• Choose the missing prepositions from the drop-down menus below.
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   after      for      from      in      in      in      In      in      in      of      of      of      of      of      on      on      with      with      without  
In British English it is the full stop; American English the period. This punctuation mark has been used centuries to end sentences or abbreviations. It seems that the younger generation today, its use is changing. A report Binghamton University in New York shows the humble full stop is "intimidating" to young people because they view it as a sign anger. This is especially so social media, where many youngsters largely forego the use punctuation, except for a liberal use of exclamation marks. Linguist Professor David Crystal said: "Usage full stops is being 'revised in a really fundamental way'. People simply do not put full stops , unless they want to make a point."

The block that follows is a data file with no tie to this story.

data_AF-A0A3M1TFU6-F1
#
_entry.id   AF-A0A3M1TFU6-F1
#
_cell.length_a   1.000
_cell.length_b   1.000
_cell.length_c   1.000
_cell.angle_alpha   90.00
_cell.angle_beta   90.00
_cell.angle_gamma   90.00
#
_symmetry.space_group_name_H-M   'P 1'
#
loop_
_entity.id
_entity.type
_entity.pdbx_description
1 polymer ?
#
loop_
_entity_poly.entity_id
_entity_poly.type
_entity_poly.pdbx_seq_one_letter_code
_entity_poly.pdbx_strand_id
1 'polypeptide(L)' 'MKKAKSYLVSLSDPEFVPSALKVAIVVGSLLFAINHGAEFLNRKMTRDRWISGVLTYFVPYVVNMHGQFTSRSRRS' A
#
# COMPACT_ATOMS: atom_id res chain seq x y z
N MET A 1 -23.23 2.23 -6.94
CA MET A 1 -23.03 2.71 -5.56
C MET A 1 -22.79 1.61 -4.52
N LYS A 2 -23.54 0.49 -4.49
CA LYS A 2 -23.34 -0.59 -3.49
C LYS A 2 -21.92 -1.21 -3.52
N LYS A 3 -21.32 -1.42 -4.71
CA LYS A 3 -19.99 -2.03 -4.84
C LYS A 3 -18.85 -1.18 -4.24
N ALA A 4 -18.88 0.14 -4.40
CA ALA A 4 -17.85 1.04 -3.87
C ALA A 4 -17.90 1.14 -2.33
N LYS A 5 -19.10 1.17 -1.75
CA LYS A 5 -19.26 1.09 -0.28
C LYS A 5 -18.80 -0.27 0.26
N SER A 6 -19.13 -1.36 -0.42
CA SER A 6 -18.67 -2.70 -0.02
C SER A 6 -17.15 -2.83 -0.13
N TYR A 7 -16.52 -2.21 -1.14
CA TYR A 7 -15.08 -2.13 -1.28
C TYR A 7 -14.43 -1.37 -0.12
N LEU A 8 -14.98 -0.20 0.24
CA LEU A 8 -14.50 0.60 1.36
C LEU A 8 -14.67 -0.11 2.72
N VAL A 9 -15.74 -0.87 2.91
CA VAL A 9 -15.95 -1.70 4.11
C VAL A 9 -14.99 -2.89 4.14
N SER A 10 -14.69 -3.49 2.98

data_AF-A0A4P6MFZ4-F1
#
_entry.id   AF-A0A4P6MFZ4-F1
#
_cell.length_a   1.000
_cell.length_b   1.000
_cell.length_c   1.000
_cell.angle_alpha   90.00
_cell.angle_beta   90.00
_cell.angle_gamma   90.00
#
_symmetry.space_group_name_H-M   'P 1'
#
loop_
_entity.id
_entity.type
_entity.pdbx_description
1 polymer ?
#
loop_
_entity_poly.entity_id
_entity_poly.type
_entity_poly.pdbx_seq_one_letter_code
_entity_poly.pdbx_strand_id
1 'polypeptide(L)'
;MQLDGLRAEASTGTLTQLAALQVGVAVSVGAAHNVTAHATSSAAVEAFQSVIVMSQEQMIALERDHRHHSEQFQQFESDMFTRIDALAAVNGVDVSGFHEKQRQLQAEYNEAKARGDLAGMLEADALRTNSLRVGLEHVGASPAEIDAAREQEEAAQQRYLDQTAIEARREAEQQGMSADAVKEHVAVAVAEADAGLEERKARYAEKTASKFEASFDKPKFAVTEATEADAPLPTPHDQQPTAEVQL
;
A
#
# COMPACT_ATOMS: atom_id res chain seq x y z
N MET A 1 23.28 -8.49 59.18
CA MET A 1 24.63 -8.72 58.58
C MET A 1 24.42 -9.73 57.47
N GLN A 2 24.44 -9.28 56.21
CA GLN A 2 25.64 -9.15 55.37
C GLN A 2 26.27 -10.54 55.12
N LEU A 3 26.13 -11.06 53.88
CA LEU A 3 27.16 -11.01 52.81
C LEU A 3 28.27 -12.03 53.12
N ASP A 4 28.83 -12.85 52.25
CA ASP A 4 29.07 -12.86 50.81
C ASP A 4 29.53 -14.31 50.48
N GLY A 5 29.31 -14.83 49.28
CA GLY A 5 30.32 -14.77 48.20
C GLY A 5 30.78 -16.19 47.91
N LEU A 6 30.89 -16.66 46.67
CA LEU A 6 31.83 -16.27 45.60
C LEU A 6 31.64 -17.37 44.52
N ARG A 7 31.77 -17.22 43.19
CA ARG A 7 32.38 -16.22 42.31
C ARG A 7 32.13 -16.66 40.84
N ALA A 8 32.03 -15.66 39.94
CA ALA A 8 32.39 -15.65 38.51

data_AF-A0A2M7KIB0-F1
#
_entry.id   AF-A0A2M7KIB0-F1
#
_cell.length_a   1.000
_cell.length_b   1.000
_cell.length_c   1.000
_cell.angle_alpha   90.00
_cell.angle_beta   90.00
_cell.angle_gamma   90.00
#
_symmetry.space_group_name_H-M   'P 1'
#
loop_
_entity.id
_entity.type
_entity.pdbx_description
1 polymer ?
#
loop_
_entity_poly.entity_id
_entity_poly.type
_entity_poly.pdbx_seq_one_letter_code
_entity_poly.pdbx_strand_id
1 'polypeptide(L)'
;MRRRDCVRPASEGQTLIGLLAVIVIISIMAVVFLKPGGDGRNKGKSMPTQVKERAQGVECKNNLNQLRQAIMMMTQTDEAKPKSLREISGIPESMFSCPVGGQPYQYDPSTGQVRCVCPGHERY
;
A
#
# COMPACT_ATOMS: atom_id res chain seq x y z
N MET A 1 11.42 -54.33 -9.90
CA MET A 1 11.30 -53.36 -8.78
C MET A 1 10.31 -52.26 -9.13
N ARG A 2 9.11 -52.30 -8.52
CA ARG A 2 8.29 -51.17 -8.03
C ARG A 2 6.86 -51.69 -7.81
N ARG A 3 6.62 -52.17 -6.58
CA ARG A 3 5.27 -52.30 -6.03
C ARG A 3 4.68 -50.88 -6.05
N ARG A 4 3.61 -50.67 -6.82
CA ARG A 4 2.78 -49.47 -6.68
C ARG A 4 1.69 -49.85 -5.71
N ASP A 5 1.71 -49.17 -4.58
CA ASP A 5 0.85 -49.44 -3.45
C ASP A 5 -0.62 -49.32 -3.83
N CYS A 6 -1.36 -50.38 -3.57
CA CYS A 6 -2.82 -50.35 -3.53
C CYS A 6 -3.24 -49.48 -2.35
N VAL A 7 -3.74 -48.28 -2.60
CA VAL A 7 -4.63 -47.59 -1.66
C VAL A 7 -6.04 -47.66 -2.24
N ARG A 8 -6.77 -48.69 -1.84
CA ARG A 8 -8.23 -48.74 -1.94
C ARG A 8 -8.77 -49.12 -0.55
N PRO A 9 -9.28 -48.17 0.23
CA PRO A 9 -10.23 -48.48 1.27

Linguistics experts studied the effect technology the way we use language. Dr Lauren Fonteyn said: "If you send a text message a full stop, it's already obvious that you've concluded the message." She suggested that finished messages full stops are perceived by young people as being insincere. Journalist Victoria Turk wrote: " a messaging conversation, a period is simply not necessary. It's clear when you've finished your thought, so what function does the period fulfill? As a result, using a period messaging...can come across as if you're quite cross or annoyed." She added full stops are being used every word a sentence. She gave the example: "Just. Look. How. Emphatic. This. Is."

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